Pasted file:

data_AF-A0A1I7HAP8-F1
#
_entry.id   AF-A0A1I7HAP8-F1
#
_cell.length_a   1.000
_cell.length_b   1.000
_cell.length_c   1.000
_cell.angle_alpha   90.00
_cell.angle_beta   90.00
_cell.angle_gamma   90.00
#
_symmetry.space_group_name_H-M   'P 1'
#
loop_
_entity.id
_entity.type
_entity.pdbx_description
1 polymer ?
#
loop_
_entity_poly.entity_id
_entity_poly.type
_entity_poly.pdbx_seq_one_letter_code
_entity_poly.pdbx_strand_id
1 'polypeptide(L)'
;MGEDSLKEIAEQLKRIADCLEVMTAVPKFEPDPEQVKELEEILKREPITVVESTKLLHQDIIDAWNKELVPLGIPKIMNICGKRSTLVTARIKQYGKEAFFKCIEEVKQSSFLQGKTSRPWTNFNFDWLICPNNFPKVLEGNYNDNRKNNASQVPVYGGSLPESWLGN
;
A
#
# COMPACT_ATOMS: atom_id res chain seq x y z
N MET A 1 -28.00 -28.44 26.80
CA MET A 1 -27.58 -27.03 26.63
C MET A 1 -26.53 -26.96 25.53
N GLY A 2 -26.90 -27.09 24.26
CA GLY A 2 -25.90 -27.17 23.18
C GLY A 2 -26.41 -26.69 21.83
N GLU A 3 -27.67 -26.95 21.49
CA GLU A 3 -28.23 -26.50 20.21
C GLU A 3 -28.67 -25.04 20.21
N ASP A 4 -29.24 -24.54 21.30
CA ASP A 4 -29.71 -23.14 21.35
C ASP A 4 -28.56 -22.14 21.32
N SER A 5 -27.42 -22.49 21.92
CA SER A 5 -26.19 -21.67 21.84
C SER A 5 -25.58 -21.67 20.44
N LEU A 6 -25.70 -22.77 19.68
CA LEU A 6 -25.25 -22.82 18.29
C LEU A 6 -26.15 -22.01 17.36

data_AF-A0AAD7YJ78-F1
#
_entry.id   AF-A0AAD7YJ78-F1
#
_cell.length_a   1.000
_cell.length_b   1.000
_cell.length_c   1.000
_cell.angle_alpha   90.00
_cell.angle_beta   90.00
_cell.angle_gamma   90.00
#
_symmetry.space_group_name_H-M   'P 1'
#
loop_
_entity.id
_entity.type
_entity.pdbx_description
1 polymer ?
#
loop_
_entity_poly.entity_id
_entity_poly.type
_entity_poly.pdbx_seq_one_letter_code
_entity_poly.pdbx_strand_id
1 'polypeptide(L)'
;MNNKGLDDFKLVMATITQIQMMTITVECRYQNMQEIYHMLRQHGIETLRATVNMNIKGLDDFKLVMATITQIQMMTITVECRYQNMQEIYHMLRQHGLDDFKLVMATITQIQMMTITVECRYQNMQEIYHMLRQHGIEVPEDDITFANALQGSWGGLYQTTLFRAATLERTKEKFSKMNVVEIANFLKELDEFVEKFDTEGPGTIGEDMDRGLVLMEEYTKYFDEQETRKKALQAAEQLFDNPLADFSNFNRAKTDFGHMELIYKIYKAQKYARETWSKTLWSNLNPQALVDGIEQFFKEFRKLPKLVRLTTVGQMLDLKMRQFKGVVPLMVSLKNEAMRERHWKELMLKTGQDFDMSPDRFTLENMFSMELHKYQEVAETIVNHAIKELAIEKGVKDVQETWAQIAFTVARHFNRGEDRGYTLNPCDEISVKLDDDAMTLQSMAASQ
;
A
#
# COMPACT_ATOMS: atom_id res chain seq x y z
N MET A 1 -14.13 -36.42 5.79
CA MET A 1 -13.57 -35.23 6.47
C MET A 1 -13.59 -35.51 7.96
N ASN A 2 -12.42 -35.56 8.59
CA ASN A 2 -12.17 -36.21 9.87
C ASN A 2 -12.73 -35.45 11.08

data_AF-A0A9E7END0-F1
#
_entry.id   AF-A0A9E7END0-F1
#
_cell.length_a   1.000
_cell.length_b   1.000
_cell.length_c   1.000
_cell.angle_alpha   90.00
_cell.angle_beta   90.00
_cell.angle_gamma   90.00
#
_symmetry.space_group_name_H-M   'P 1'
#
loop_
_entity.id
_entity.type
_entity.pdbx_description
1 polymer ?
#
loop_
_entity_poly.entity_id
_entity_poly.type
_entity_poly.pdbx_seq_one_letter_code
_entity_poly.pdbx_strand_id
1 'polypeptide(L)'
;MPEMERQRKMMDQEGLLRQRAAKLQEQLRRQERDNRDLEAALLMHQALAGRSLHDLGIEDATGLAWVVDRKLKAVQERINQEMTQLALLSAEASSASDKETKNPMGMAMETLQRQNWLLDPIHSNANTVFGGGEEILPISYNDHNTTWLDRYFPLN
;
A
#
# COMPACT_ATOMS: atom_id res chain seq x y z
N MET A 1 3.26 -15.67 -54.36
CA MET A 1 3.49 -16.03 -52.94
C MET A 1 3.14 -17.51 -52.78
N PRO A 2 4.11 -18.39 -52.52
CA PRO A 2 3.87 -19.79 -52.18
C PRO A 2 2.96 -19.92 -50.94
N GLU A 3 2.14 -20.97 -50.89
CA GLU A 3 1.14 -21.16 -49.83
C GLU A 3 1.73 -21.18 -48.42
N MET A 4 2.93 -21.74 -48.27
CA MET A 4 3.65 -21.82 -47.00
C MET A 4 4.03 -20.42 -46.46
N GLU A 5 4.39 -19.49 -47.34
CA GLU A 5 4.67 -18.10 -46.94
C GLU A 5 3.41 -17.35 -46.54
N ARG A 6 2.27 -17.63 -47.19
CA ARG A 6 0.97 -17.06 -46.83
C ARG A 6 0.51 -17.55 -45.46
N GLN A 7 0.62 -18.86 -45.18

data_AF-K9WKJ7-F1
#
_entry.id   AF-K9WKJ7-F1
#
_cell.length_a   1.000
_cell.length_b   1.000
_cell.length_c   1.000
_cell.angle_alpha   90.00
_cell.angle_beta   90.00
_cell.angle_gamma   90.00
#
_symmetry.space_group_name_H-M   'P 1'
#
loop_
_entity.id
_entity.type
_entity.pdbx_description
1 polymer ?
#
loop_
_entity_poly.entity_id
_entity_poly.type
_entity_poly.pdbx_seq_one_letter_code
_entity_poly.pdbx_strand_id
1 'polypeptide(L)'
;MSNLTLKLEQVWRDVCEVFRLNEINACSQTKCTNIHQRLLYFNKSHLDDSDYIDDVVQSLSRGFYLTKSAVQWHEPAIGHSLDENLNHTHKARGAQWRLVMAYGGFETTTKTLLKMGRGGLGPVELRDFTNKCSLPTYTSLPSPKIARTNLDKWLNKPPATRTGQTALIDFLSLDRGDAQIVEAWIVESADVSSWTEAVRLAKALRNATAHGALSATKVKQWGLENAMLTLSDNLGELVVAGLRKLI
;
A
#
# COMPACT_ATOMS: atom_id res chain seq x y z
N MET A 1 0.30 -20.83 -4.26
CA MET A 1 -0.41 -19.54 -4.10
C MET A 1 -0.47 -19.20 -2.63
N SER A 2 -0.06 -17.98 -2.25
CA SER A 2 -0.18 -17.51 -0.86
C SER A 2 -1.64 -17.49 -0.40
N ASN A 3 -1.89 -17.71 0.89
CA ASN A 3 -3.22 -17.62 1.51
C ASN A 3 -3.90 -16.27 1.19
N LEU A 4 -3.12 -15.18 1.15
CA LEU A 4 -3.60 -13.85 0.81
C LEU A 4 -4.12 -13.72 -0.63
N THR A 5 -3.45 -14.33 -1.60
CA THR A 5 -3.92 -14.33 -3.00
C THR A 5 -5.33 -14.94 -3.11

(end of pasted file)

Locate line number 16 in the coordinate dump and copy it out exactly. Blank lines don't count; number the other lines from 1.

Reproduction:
_entity.type